Honestly, my house was never that dirty. It just wasn’t up to her standard. She didn’t trip me about it. She just cleaned it. After Ron and I moved in together, whenever Mom came to visit, Ron made a point of speaking the housecleaning lingo with her. He talked such a good game that he convinced Mom that if any cleaning was happening at our house at all then it was because of him. He talked with her about the merits of different types of floor cleaners. He knew which bathroom cleaner would really get the mold out of the caulking (never mind that it was the one that emitted fumes so atrociously toxic that I would hyperventilate for a week and break out in hives when he used it in my bathroom). Ron and Mom talked for hours about vacuum cleaner attachments, how to polish silver, wood furniture finishes, and what kind of long-handled sponge to use to wash the walls. Mom loved him. In fact she loved him so much that she proposed to him. (I am not making this part up.) She asked him to marry her daughter and he accepted and the next thing I knew they were choosing plates together at Macy’s and I had to buy a decent pair of shoes because I was going to be a bride in a wedding.
Mom rarely discussed housecleaning with me, probably because she didn’t think I had the vocabulary necessary. But I was the one who did the daily chores in our house during our childrearing years (when the children were old enough to help, they were assigned chores). I did the grocery shopping and cooking (except for meat, which Ron had to cook because I’m vegetarian, and inevitably when he cooked meat the smoke detector went off so that the children started calling it the meat detector), I did the laundry, loaded and unloaded the dishwasher (and washed anything by hand that needed it), emptied the kitchen compost (and shoveled it out later to put in the garden), vacuumed, cared for the pets, cleaned the toilets, swept the kitchen floor, knocked down the cobwebs, and all the rest. To his credit, Ron has always done many of the more heinous chores that are not required every day; usually the ones that require muscle. He mops the floor in the house we live in now, which is essential for me because I can’t do it without putting my back out; besides, he’s ex-Navy so he needs to swab the deck fairly often or he is in danger of having lapses in judgment that result in washing machine suds attacks. He has always been the one to scrub the stovetop every week or two. I never really did get the hang of cleaning stoves. He still has an obsession with bathroom mold and douses the shower in various chemicals that make the towels curl. Where was I? Oh, yes, Mom didn’t understand the division of labor in our household.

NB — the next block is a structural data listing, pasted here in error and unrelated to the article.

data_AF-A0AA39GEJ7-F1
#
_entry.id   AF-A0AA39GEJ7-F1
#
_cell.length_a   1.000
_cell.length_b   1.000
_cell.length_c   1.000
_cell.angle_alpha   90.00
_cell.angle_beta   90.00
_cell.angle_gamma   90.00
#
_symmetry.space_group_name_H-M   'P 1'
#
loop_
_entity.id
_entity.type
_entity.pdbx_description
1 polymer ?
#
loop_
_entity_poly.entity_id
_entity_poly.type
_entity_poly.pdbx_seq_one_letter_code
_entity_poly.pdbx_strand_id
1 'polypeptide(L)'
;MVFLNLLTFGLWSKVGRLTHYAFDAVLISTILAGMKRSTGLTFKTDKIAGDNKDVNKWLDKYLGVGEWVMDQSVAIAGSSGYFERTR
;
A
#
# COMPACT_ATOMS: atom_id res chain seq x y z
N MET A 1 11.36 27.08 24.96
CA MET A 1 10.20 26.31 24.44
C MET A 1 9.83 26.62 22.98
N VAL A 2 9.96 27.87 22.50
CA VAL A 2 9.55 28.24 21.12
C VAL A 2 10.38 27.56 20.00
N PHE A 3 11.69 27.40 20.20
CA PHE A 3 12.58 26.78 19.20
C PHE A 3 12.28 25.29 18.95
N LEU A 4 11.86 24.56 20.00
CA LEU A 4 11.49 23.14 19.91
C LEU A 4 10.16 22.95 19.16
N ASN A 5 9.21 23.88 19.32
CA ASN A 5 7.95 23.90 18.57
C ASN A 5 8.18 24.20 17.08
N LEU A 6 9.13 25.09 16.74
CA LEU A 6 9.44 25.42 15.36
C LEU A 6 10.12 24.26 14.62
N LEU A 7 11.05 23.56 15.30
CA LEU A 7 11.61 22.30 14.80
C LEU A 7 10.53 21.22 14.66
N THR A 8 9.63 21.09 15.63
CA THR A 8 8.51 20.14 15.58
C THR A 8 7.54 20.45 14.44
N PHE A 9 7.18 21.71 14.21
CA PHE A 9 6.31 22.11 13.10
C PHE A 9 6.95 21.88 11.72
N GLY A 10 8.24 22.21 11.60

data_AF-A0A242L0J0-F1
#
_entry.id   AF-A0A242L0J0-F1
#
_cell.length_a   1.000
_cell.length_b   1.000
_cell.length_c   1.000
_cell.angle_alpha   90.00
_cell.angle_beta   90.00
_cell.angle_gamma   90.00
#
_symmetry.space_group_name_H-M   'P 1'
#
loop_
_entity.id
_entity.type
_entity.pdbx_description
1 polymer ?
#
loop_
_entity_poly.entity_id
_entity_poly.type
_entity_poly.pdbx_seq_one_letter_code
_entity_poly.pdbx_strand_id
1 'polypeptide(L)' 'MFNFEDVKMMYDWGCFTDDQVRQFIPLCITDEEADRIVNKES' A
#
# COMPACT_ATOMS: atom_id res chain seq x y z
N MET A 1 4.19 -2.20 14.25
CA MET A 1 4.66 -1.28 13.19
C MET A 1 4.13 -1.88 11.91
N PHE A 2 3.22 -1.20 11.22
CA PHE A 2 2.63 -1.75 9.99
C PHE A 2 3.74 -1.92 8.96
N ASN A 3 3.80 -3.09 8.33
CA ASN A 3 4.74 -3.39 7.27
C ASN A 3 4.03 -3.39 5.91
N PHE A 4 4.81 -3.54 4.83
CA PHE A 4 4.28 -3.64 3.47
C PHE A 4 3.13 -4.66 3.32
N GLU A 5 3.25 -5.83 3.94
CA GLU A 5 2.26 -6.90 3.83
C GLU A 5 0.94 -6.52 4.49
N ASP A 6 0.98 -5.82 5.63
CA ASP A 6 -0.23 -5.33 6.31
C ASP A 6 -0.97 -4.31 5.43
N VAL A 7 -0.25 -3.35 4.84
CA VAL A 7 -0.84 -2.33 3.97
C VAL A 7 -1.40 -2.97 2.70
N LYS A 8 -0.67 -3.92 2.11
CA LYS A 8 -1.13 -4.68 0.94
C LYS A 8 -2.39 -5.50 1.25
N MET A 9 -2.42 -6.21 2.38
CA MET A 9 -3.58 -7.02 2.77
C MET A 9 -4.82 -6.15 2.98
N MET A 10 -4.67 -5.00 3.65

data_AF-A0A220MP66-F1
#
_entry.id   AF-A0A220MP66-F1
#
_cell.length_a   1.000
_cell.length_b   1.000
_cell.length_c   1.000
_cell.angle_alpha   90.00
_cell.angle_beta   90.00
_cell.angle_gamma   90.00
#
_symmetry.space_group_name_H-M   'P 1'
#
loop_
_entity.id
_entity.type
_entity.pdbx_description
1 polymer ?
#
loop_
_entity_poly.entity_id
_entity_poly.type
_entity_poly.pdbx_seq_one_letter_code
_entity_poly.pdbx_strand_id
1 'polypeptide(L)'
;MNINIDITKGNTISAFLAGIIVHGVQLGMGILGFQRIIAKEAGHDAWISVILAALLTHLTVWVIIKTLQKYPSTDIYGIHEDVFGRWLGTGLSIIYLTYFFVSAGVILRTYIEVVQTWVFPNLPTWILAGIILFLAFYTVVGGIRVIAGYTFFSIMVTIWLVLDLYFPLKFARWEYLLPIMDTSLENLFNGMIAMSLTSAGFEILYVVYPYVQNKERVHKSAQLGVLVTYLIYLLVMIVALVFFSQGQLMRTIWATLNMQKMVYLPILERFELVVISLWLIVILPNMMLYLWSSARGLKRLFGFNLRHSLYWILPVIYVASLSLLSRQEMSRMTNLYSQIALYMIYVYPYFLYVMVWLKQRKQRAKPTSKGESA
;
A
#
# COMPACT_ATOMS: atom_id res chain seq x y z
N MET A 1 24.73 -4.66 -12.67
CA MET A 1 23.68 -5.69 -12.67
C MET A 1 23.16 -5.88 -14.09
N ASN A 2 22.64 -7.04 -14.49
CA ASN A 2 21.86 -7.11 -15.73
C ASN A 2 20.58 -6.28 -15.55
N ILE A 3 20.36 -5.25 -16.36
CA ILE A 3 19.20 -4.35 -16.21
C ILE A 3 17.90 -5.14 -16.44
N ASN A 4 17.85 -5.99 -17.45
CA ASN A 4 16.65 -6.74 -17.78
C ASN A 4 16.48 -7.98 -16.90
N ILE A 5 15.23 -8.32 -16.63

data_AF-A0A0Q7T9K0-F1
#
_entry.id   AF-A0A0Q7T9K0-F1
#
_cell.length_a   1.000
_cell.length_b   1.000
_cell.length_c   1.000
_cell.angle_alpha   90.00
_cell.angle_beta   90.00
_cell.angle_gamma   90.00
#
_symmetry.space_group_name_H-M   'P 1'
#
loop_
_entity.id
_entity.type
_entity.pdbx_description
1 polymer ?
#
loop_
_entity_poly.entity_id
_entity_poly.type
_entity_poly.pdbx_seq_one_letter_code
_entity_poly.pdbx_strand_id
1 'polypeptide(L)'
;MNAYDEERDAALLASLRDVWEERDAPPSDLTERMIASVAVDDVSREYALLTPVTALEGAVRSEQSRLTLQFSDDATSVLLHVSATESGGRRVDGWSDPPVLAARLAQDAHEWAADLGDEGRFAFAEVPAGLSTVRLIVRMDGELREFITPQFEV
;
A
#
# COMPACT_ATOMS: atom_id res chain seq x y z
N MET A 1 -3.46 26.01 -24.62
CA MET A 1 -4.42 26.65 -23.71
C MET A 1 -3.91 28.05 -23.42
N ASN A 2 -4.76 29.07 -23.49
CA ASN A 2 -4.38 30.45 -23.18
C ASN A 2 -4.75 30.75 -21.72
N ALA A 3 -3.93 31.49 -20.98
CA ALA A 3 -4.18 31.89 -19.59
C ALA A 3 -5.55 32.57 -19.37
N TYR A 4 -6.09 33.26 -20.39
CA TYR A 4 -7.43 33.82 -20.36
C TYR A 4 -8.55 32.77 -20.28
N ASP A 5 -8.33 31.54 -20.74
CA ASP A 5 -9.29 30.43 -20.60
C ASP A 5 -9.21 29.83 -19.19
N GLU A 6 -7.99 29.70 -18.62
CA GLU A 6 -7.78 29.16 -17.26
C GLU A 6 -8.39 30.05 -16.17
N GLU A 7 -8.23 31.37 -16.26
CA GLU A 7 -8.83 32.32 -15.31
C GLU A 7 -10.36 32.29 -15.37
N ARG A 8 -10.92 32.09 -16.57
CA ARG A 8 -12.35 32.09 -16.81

One time, when I had been married for about twenty years, Mom turned to Ron at the dinner table and offered to “buy him a new vacuum cleaner.” She had apparently attempted to vacuum our goldfish and discovered that our vacuum cleaner sounded like a helicopter landing. I couldn’t let that pass. I thanked Mom for her generous offer and explained to her that Ron rarely vacuumed. My children were teenagers by then and they earned their allowance by doing chores regularly. I told her that one of her grandsons had been vacuuming the house once a week for over a year as one of his chores; and when the children didn’t do it, I did it, not Ron. (I thought, but did not say, that if she wanted to buy Ron a useful housecleaning tool she should get him a gas mask for when he cleaned the bathroom with his noxious mold-fighters.) She seemed surprised and a bit disappointed that Ron didn’t often vacuum, but she heard me. Soon afterward, she bought us a new vacuum cleaner, for which we were truly grateful.
Honestly, thinking back on it now, I find it so touchingly sweet that Mom viewed Ron as a kindred housecleaning soul, that I don’t mind so much that she gave him credit for doing 90% of the cleaning that happened in our house. Now that she’s gone (it’s been more than ten years), I wish I could hear her talk housecleaning with Ron again. They seemed to enjoy it so much. It makes me smile to imagine her looking down on our laundry room debacle yesterday morning from the unfathomable spirit world and seeing her perfect-homemaker son-in-law bailing mounds of cloudy suds out of our washing machine. She would have suggested he use a little white vinegar to get the chlorine smell out of the gym clothes. Or something equally practical and simple. Vinegar would be good. Then he would smell like salad, which is my favorite lunch.
This is not Ron, it's a stock photo, but so apropos!